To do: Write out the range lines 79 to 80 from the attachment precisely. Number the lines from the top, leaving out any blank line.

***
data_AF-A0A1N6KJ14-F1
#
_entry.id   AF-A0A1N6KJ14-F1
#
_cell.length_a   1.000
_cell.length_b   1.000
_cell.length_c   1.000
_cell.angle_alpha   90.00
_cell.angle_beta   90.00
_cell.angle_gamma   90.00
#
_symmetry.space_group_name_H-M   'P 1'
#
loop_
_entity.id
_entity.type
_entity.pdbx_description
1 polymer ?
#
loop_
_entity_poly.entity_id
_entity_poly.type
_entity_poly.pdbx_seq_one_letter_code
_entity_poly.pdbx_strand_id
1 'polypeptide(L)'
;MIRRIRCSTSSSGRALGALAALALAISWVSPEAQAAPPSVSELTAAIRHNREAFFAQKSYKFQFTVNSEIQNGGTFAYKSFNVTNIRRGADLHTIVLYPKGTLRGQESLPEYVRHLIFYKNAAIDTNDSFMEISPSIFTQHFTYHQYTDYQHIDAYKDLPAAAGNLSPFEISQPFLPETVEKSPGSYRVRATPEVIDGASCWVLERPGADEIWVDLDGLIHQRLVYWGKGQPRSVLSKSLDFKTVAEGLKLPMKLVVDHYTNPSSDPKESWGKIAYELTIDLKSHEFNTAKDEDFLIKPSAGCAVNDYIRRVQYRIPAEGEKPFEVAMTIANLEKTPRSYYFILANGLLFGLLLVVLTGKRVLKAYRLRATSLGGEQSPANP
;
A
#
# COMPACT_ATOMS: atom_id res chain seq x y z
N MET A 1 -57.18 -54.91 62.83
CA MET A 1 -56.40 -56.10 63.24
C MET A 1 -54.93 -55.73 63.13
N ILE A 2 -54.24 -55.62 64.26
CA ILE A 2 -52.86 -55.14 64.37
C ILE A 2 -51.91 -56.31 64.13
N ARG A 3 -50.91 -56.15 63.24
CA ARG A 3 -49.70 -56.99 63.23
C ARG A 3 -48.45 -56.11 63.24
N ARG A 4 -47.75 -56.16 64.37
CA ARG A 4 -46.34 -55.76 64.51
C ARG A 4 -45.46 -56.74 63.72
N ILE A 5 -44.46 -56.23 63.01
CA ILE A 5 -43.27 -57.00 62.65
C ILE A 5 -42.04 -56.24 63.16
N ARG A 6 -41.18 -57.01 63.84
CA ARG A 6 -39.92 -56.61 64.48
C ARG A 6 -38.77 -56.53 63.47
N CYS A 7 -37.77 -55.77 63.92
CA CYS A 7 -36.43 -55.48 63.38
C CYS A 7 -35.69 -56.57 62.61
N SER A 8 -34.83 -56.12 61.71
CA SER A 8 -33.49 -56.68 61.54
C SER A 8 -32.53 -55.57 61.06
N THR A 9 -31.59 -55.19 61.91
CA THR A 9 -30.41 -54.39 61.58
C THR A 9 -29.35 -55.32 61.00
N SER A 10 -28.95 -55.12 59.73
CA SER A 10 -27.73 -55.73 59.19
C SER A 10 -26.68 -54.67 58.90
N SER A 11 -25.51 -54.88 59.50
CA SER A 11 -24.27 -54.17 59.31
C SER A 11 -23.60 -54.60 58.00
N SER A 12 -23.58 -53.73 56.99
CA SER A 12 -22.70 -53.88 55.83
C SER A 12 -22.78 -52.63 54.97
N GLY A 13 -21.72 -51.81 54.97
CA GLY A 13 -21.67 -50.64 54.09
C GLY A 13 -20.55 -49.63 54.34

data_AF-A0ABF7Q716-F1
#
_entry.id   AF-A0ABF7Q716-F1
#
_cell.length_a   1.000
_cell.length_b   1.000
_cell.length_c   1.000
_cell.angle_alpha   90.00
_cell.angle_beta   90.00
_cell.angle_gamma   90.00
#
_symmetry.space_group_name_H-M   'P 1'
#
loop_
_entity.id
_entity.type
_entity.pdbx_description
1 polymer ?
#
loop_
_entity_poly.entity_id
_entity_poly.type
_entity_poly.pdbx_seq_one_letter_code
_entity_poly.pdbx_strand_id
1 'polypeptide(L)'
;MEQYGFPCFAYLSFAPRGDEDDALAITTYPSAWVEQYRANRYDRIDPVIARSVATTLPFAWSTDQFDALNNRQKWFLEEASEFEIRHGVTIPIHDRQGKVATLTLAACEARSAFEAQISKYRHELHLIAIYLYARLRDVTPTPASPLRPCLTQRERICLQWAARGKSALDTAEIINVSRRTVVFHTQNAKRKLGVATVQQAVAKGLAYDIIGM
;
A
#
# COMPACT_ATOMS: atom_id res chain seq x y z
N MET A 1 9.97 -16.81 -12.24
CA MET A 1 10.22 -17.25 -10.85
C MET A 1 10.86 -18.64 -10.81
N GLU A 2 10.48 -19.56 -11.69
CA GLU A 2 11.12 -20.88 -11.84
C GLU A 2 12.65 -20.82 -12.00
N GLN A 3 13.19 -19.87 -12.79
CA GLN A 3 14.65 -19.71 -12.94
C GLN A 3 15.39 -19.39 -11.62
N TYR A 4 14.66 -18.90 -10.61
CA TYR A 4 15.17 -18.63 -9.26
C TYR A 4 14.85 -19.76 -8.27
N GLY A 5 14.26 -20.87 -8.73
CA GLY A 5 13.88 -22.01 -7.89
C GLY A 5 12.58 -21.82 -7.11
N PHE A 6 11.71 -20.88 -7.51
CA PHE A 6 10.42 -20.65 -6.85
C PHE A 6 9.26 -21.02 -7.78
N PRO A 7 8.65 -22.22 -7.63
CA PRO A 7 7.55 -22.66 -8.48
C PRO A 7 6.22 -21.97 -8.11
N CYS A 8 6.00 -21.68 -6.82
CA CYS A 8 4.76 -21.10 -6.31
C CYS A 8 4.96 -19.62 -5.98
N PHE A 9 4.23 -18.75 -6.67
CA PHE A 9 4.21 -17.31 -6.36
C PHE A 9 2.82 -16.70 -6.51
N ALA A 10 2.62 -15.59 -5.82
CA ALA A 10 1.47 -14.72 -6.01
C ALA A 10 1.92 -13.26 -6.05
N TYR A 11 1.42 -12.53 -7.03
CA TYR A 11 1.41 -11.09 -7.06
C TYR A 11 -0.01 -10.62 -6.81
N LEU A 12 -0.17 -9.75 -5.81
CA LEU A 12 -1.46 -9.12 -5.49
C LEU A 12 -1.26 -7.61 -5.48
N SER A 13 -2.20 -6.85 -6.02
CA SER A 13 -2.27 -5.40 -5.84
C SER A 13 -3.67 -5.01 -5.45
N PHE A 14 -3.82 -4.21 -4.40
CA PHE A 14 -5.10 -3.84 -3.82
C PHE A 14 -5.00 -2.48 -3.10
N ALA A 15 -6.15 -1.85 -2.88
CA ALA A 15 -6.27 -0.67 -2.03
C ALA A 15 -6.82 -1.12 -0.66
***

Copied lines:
_cell.angle_gamma   90.00
#